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Nikon 16-35/4 VR and 17-35/2.8 (not to scale)  
Nikon 85mm f/1.4G

Aperture Series f/1.4 - f/11 Lembert Dome

This scene was shot at Tuolumne Meadows in Yosemite, with Lembert Dome featured in the distance.

General comments on performance of the 85/1.4G

See the Reader Comments page for thinking on why a sharper and more contrasty lens is not necessarily the better choice for any particular task.

Under the flat and dull lighting conditions seen here, the 85/1.4G delivered a crisp high contrast image with rich color saturation. The lighting was what most photographers would disdain, yet the quality of the result is very high. The heavy cloud cover dispelled any hope for a brief peek of front lighting.

Field curvature appears minimal (very hard to detect), and no evidence of focus shift in this comparison or others. Those qualities make the 85/1.4G an unusual and easy-shooting lens; focus it wide open and shoot with the confidence that you’ll get what you aimed for. The minimal field curvature means that subject matter at the same distance will be sharp, with only a modest loss of sharpness to the edges and corners. The lack of focus shift means that wide-open focus yields optimal results stopped down (no focus shift). Neither of these factors is a given with many designs, so the 85/1.4G is eminently practical as a precision lens requiring no special fuss.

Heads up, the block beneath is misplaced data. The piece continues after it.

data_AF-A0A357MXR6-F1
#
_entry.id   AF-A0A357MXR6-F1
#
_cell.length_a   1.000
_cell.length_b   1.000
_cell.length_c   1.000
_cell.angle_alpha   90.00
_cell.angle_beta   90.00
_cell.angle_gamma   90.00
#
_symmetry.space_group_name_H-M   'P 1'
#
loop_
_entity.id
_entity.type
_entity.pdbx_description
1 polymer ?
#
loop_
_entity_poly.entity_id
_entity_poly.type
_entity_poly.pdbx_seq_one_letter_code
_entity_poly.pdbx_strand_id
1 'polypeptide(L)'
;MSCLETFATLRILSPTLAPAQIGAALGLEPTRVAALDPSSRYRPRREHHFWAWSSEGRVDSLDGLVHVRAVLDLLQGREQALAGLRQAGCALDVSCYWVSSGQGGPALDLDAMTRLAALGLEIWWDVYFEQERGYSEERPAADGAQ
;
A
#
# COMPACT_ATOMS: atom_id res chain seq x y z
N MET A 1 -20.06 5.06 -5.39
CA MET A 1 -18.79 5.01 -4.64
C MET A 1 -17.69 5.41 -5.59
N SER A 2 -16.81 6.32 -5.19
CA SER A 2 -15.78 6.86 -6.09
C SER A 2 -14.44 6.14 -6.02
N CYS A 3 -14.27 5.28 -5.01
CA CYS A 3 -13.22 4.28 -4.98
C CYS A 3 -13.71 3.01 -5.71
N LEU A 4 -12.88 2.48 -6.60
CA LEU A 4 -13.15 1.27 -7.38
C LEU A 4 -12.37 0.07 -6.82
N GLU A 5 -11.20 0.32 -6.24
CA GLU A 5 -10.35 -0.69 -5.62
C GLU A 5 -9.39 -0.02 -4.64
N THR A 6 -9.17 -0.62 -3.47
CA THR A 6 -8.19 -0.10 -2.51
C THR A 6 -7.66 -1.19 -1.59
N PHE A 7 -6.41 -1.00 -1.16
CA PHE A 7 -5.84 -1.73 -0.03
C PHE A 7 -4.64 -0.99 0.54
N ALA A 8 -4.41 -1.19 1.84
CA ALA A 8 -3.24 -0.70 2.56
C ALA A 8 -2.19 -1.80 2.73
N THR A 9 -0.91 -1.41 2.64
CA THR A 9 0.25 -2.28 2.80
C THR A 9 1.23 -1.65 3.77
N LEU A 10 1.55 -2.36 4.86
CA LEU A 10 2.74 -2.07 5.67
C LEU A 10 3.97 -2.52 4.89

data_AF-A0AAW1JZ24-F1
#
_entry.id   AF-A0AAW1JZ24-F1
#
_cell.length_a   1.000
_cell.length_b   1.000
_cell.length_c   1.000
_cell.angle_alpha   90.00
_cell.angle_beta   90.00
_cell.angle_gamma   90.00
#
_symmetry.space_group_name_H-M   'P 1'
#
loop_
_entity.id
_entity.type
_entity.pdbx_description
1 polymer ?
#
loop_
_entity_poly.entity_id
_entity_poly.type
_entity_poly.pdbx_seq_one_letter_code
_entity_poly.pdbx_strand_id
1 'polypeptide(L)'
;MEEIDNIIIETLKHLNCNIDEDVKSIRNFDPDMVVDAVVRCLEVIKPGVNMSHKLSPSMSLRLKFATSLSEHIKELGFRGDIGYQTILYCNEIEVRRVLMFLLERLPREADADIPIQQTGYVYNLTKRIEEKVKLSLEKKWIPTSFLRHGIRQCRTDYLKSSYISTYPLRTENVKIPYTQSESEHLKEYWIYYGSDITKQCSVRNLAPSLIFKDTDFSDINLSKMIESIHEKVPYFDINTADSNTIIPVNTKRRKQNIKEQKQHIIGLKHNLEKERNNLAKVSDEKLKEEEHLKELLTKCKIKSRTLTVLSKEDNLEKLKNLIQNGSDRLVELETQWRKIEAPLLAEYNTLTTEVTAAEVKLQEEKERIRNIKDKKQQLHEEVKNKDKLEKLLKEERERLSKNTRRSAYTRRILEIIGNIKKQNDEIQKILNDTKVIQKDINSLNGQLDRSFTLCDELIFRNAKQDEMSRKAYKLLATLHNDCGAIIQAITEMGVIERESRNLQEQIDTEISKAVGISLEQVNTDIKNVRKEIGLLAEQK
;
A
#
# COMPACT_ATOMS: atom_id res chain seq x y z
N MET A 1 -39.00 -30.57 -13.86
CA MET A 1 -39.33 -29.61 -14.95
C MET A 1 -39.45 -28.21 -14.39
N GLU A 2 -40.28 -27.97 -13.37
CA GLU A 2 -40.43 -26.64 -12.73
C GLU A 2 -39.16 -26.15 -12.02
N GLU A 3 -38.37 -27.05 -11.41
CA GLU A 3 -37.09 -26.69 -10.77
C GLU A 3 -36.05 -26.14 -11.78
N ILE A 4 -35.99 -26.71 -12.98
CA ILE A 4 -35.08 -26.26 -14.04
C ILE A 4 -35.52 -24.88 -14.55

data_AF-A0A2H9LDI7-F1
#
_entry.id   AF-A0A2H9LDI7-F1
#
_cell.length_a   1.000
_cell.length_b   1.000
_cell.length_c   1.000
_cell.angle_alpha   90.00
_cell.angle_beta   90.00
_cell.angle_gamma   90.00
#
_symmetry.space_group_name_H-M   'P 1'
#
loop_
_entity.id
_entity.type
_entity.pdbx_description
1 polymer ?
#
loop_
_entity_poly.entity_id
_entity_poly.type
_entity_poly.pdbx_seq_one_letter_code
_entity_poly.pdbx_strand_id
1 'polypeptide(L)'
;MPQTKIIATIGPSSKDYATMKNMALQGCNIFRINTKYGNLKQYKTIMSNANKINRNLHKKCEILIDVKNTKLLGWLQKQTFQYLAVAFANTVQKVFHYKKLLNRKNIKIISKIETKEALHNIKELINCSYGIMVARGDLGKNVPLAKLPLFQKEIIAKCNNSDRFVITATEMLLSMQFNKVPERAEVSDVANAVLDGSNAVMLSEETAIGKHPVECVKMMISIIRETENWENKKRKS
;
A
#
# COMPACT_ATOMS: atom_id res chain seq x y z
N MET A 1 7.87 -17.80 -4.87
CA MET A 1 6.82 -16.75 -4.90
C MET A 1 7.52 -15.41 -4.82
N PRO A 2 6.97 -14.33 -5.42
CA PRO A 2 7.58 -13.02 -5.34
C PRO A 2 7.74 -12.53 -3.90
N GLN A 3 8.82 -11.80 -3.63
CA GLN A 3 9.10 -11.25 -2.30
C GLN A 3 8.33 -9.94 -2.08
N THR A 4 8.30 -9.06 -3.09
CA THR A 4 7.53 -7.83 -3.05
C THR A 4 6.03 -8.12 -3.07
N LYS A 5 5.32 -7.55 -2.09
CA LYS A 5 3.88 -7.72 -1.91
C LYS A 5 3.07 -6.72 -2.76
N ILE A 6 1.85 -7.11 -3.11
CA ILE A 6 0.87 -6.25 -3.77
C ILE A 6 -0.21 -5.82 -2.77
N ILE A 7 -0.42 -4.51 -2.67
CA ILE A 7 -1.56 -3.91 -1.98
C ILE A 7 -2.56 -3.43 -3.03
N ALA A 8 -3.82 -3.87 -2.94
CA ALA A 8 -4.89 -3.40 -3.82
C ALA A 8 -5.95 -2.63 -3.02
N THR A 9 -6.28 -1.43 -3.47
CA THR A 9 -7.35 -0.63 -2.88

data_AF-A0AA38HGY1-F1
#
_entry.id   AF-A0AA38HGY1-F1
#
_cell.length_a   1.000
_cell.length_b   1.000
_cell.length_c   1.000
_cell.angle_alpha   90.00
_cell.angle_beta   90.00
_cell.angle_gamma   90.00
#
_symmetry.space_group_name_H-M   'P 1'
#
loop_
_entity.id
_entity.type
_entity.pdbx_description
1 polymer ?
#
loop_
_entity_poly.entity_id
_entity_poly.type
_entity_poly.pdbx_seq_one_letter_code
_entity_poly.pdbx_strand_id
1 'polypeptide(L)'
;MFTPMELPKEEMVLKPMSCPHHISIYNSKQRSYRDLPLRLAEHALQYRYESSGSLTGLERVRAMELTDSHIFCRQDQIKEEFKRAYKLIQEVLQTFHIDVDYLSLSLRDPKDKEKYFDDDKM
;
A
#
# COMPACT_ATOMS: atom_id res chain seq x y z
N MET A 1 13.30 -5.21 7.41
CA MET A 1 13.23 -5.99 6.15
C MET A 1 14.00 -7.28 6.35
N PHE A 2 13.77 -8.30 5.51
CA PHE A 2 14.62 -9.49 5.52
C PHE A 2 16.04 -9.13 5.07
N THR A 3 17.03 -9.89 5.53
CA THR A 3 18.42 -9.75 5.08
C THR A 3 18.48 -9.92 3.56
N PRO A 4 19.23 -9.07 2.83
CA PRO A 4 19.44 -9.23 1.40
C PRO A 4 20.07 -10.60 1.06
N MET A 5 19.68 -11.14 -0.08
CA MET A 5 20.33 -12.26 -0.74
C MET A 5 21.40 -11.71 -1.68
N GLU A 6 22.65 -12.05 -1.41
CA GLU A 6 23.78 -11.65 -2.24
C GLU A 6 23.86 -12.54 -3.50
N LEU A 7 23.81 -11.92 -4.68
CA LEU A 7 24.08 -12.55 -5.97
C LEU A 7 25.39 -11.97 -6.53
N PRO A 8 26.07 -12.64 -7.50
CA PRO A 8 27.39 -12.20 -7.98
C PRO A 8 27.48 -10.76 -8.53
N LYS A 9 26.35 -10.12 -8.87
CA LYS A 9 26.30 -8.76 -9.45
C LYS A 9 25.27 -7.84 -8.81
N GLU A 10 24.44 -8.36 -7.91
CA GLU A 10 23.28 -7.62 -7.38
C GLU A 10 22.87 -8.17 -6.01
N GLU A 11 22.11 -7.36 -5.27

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Since 2006, Diglloyd Advanced Photography is the authoritative review and reference for DSLRs and their lenses: Canon and Nikon primarily, but also Pentax and some medium format. Reviews of key DSLRs are included, but the primary focus is on lens performance. Also included is a wealth of technique and workflow approaches.

DAP includes thousands of pages of exclusive coverage and high resolution Retina-grade examples detailing Canon and Nikon DSLR bodies and their lenses, with in-depth analysis of sharpness and contrast, color, bokeh, vignetting, distortion, MTF, and flare, behavioral and practical usage.

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The test scene showing the distant point of focus

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